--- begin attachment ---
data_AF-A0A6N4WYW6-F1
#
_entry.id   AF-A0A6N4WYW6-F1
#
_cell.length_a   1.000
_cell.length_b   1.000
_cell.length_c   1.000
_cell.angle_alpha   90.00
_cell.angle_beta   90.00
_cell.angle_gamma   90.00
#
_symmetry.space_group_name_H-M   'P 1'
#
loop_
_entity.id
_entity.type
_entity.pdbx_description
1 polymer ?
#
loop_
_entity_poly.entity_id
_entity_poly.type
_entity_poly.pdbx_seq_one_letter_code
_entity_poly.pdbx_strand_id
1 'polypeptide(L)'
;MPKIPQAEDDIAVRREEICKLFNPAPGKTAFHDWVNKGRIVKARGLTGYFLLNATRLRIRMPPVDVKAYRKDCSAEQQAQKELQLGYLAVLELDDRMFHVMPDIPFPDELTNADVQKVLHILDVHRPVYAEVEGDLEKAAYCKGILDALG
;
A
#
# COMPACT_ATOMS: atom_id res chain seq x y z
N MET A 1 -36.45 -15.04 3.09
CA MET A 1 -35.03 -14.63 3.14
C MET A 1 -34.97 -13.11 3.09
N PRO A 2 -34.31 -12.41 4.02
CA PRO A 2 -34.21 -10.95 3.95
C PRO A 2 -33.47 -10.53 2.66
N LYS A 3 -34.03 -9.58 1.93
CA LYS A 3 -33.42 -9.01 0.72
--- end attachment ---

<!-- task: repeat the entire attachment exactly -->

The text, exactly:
data_AF-A0A6N4WYW6-F1
#
_entry.id   AF-A0A6N4WYW6-F1
#
_cell.length_a   1.000
_cell.length_b   1.000
_cell.length_c   1.000
_cell.angle_alpha   90.00
_cell.angle_beta   90.00
_cell.angle_gamma   90.00
#
_symmetry.space_group_name_H-M   'P 1'
#
loop_
_entity.id
_entity.type
_entity.pdbx_description
1 polymer ?
#
loop_
_entity_poly.entity_id
_entity_poly.type
_entity_poly.pdbx_seq_one_letter_code
_entity_poly.pdbx_strand_id
1 'polypeptide(L)'
;MPKIPQAEDDIAVRREEICKLFNPAPGKTAFHDWVNKGRIVKARGLTGYFLLNATRLRIRMPPVDVKAYRKDCSAEQQAQKELQLGYLAVLELDDRMFHVMPDIPFPDELTNADVQKVLHILDVHRPVYAEVEGDLEKAAYCKGILDALG
;
A
#
# COMPACT_ATOMS: atom_id res chain seq x y z
N MET A 1 -36.45 -15.04 3.09
CA MET A 1 -35.03 -14.63 3.14
C MET A 1 -34.97 -13.11 3.09
N PRO A 2 -34.31 -12.41 4.02
CA PRO A 2 -34.21 -10.95 3.95
C PRO A 2 -33.47 -10.53 2.66
N LYS A 3 -34.03 -9.58 1.93
CA LYS A 3 -33.42 -9.01 0.72